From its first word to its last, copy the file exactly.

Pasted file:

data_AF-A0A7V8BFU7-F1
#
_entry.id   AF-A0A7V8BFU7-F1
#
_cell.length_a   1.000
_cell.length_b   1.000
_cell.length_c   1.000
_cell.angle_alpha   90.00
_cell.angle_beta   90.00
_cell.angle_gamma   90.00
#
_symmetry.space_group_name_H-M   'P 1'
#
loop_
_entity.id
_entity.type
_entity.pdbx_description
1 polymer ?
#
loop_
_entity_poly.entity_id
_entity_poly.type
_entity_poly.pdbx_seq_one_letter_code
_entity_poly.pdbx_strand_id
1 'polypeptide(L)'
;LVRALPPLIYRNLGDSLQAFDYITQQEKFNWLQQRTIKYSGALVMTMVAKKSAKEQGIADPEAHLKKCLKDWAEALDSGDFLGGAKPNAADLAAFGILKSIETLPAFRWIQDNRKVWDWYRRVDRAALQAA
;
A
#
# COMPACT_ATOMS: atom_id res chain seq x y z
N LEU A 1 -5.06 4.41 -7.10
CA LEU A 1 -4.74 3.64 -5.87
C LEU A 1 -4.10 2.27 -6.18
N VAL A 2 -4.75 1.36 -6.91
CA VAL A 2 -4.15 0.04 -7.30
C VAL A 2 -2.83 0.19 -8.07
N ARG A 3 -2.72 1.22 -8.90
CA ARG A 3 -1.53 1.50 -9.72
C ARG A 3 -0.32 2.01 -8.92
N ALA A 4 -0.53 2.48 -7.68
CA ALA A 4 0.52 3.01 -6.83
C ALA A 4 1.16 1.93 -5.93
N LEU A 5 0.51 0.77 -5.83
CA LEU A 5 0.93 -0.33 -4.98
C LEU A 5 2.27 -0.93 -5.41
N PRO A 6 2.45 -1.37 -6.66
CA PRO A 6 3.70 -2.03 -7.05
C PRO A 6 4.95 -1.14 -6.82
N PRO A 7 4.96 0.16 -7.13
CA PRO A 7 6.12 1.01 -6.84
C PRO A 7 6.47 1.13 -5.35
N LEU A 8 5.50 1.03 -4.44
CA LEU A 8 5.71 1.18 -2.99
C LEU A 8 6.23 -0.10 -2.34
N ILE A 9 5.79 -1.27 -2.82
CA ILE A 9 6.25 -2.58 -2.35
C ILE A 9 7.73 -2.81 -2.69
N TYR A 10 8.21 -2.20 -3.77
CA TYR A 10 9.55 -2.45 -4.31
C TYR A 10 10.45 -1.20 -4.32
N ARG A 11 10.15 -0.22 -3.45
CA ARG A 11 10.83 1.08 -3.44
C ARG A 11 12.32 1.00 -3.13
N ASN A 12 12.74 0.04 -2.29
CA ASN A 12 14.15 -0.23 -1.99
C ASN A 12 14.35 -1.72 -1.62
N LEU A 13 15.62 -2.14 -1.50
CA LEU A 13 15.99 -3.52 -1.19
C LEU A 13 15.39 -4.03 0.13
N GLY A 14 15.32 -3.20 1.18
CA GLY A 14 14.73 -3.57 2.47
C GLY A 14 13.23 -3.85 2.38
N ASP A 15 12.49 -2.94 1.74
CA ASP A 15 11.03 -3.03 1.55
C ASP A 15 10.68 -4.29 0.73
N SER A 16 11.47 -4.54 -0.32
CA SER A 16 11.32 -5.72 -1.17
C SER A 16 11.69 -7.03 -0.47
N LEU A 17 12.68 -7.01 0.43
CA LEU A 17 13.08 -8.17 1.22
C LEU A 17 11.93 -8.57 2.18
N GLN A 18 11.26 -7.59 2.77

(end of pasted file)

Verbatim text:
data_AF-A0A7V8BFU7-F1
#
_entry.id   AF-A0A7V8BFU7-F1
#
_cell.length_a   1.000
_cell.length_b   1.000
_cell.length_c   1.000
_cell.angle_alpha   90.00
_cell.angle_beta   90.00
_cell.angle_gamma   90.00
#
_symmetry.space_group_name_H-M   'P 1'
#
loop_
_entity.id
_entity.type
_entity.pdbx_description
1 polymer ?
#
loop_
_entity_poly.entity_id
_entity_poly.type
_entity_poly.pdbx_seq_one_letter_code
_entity_poly.pdbx_strand_id
1 'polypeptide(L)'
;LVRALPPLIYRNLGDSLQAFDYITQQEKFNWLQQRTIKYSGALVMTMVAKKSAKEQGIADPEAHLKKCLKDWAEALDSGDFLGGAKPNAADLAAFGILKSIETLPAFRWIQDNRKVWDWYRRVDRAALQAA
;
A
#
# COMPACT_ATOMS: atom_id res chain seq x y z
N LEU A 1 -5.06 4.41 -7.10
CA LEU A 1 -4.74 3.64 -5.87
C LEU A 1 -4.10 2.27 -6.18
N VAL A 2 -4.75 1.36 -6.91
CA VAL A 2 -4.15 0.04 -7.30
C VAL A 2 -2.83 0.19 -8.07
N ARG A 3 -2.72 1.22 -8.90
CA ARG A 3 -1.53 1.50 -9.72
C ARG A 3 -0.32 2.01 -8.92
N ALA A 4 -0.53 2.48 -7.68
CA ALA A 4 0.52 3.01 -6.83
C ALA A 4 1.16 1.93 -5.93
N LEU A 5 0.51 0.77 -5.83
CA LEU A 5 0.93 -0.33 -4.98
C LEU A 5 2.27 -0.93 -5.41
N PRO A 6 2.45 -1.37 -6.66
CA PRO A 6 3.70 -2.03 -7.05
C PRO A 6 4.95 -1.14 -6.82
N PRO A 7 4.96 0.16 -7.13
CA PRO A 7 6.12 1.01 -6.84
C PRO A 7 6.47 1.13 -5.35
N LEU A 8 5.50 1.03 -4.44
CA LEU A 8 5.71 1.18 -2.99
C LEU A 8 6.23 -0.10 -2.34
N ILE A 9 5.79 -1.27 -2.82
CA ILE A 9 6.25 -2.58 -2.35
C ILE A 9 7.73 -2.81 -2.69
N TYR A 10 8.21 -2.20 -3.77
CA TYR A 10 9.55 -2.45 -4.31
C TYR A 10 10.45 -1.20 -4.32
N ARG A 11 10.15 -0.22 -3.45
CA ARG A 11 10.83 1.08 -3.44
C ARG A 11 12.32 1.00 -3.13
N ASN A 12 12.74 0.04 -2.29
CA ASN A 12 14.15 -0.23 -1.99
C ASN A 12 14.35 -1.72 -1.62
N LEU A 13 15.62 -2.14 -1.50
CA LEU A 13 15.99 -3.52 -1.19
C LEU A 13 15.39 -4.03 0.13
N GLY A 14 15.32 -3.20 1.18
CA GLY A 14 14.73 -3.57 2.47
C GLY A 14 13.23 -3.85 2.38
N ASP A 15 12.49 -2.94 1.74
CA ASP A 15 11.03 -3.03 1.55
C ASP A 15 10.68 -4.29 0.73
N SER A 16 11.47 -4.54 -0.32
CA SER A 16 11.32 -5.72 -1.17
C SER A 16 11.69 -7.03 -0.47
N LEU A 17 12.68 -7.01 0.43
CA LEU A 17 13.08 -8.17 1.22
C LEU A 17 11.93 -8.57 2.18
N GLN A 18 11.26 -7.59 2.77